• Proficient in software A, B, and C
  • Able to execute your vision

If you have all of the above traits and this is the story of your brand, great. It’s also everyone else’s story. Outside of going after entry level jobs, once you start working at a higher level, basic proficiency is automatically assumed.

People aren’t interested in what makes you the same.

People want to know what makes you different.

And your brand story is how you differentiate yourself from your competition.

How Understanding His Brand Led Marc Wiltshire to His Dream Job

When editor Marc Wiltshire originally signed up for his first “Hot Seat” with me back in mid-2020, he shared the following:

“I’m an editor and father whose career took a side-step when my show was canceled. I took an Assistant Editing job to support my family. Now I’m not sure how to get back in the edit chair. I’ve been texting/emailing with old colleagues, editors, show runners, producers to stay on their mind, but so far they don’t have any prospects. I’ve tried contacting my network but almost everyone is in the same situation.”

And Marc then asked the following:

What steps can I take to enhance my chances of getting hired once productions resume?

Like any good (read: annoying) coach, I didn’t give Marc the answer. Instead, I asked him the following 3 questions instead:

  1. Who is your audience?
  2. What are their problems, and how do you solve them?
  3. What’s the elephant in the room, and how can you overcome it?

And like most everyone else, Marc’s answers were very generic.

  1. My audience is directors & producers.
  2. They need an editor good at telling stories and delivering on a tight deadline.
  3. The elephant in the room is I have the skills, but I don’t have the experience.

Over the course of several Hot Seat sessions Marc and I completely ripped apart the current version of his résumé & website – and most importantly we workshopped how he presented himself in job interviews – to differentiate his “brand” from the many other editors with more experience that he was competing with.

We narrowed down his audience from “directors & producers” to be very specific about his EXACT audience – the executive producer of a show like Wu-Tang (his dream job).

We clarified the problems he solves far beyond “storytelling” and “meeting deadlines” to instead demonstrate Marc excelled specifically with stories driven by music and culture (like Wu-Tang).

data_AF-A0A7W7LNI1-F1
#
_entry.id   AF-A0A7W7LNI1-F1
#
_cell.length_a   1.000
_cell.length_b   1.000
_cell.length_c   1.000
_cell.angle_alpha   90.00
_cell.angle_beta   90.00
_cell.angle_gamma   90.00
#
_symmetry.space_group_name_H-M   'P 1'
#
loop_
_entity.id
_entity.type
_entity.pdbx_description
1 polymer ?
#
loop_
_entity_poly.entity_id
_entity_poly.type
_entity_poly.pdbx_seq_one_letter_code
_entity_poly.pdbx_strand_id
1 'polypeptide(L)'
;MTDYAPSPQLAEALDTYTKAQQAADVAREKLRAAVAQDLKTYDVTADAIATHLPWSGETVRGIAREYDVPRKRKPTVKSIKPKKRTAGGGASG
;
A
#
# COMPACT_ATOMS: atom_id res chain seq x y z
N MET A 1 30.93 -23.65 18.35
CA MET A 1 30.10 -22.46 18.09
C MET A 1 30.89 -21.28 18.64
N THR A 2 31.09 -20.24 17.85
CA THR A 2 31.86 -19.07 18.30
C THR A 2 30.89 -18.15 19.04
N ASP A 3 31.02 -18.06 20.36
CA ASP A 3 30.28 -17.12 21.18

And we helped him overcome the giant elephant in the room – that he didn’t have the right credits (and he was an assistant!) – by talking about the character traits, knowledge, skills, and life experiences that made Marc THE best choice to edit a show like Wu-Tang.


Shortly after our hot seats together – specifically a mock job interview – I received the following Slack message from Marc:


Once you realize it’s not about your story – it’s about theirs – the game changes. And dream opportunities you never believed possible can become your reality.

👉 Learn how optimizing his brand landed Marc his dream job

Interested In Optimizing Your Brand?

This semester I’m launching a brand new live class (via Zoom) to help you update all of your job submissions materials, tell a clearer story to your core audience about how you solve their problems, and most importantly optimize your brand.

You’ll walk away after 8 weeks with any (or all) of the above:

  • A résumé (or résumés) tailored to the exact needs of your audience
  • A portfolio website with a killer “about page”
  • A LinkedIn profile (or the platform of your choice) that leads to more connections and even job interviews
  • A clear outline for the story to tell in job interviews (and the right questions to ask) to differentiate you from your competition

👉 Click here to learn more and/or schedule a Zoom chat

Tomorrow in Part 4 of this series we’ll dig deeper into the obstacle that’s most likely standing between you and everything you want out of your life → Time.

Zack Arnold (ACE) is an award-winning Hollywood film editor & producer (Cobra Kai, Empire, Burn Notice, Unsolved, Glee), a documentary director, father of 2, an American Ninja Warrior, and the creator of Optimize Yourself. He believes we all deserve to love what we do for a living...but not at the expense of our health, our relationships, or our sanity. He provides the education, motivation, and inspiration to help ambitious creative professionals DO better and BE better. “Doing” better means learning how to more effectively manage your time and creative energy so you can produce higher quality work in less time. “Being” better means doing all of the above while still prioritizing the most important people and passions in your life…all without burning out in the process. Click to download Zack’s “Ultimate Guide to Optimizing Your Creativity (And Avoiding Burnout).”